Comcast’s Sky to Lay Off Nearly 1,000 Workers as Pay TV Unit Pivots to Streaming

Comcast Sky

(Image credit: Sky)

Comcast’s U.K. pay TV company Sky is planning to cut about 1,000 jobs in Britain this year, as the media group moves away from linear cable and satellite TV towards streaming-based services.

“The launch of Sky Glass and Sky Stream represents a shift in our business to deliver TV over IP [an internet connection] rather than satellite. Increasingly, customers are choosing Sky Glass and Sky Stream which don’t require specialist installation, and that has led us to change the number of roles we need to deliver our services,” reads a Comcast release sent to various Penske showbiz trades.

The news was first reported by the Financial Times.

In the coming weeks, management for the European pay TV provider is set to talk to staffers who could be affected by the job cuts. With about 27,000 employees, job losses are expected to affect 4% of Sky’s staff.

The majority of the cuts will come from Sky’s engineering division, including technicians who make home visits to install satellite dishes and conduct repairs.

Since Comcast acquired the media group in 2018 for $40 billion (a reported 15 times Sky’s EBITDA value), the U.S. cable giant has reoriented the direction of the British pay TV unit toward IP distribution of video. One example: The release of Sky Glass Smart TV in 2021 and the accompanying Sky Stream service.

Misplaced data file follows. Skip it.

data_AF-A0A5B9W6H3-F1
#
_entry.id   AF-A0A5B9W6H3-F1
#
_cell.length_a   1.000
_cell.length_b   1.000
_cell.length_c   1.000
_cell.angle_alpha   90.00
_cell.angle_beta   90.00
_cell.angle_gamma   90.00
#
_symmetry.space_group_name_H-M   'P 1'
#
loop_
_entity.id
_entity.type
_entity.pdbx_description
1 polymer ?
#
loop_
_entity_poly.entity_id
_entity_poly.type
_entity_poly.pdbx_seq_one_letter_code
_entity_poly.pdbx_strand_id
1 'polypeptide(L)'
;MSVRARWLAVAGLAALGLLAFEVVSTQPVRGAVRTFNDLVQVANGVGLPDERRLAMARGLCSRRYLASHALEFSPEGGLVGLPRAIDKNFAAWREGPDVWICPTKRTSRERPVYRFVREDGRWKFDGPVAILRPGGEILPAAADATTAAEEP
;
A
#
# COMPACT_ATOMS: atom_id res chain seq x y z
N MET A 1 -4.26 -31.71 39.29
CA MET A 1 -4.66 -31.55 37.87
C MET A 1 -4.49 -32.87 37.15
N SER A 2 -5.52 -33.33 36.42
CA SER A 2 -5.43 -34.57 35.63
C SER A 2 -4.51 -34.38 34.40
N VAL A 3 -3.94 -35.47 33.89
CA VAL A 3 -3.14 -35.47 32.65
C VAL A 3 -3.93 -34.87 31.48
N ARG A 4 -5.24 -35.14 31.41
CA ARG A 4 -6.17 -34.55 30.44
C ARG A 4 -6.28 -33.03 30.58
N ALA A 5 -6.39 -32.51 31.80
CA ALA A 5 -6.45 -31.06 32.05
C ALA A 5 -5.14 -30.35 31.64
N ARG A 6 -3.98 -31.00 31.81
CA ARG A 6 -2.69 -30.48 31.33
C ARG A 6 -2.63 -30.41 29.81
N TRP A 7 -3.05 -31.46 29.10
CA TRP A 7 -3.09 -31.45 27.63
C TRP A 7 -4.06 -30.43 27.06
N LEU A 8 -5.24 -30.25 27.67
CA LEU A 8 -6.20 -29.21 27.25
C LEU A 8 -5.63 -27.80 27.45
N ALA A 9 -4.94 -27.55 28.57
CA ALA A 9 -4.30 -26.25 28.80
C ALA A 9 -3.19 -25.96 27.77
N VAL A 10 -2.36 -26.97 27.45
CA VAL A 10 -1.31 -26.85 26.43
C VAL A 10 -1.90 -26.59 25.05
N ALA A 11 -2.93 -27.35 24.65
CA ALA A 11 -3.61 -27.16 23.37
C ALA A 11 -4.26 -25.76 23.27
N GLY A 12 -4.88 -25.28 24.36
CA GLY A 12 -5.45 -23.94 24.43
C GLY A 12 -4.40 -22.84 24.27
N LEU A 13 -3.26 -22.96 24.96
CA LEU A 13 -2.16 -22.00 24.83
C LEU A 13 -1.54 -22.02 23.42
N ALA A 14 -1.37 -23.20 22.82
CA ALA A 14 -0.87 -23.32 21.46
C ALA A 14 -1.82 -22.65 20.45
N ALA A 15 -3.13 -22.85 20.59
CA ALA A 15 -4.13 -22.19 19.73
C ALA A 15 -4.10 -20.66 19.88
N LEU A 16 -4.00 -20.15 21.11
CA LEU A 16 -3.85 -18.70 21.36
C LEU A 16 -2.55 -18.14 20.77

Sky Glass is unique among smart devices in that customers can lease the set on a four-year contract, making monthly payments on installment plans, similar to how wireless company’s allow their customers to finances smart phones.

According to the company, consumers increasingly prefer this “cordless” option.

In fact, more than three-quarters of Sky customers sign up for streaming services rather than opting for a traditional satellite dish.

Sky is making important choices about its distribution technology preferences following its decision in early December to enter an $8.5 billion, multiyear TV rights deal with the Premier League.

Sky isn’t the only British TV company undergoing serious restructuring, as industry pressures force more legacy media organizations to adapt to shifting consumer habits that increasingly favor the ease of streaming.

Just this week, the U.K.’s Channel 4 confirmed its largest staff cuts in 15 years, with more than 200 roles being trimmed, or almost 15% of staff, while the company makes the shift to streaming.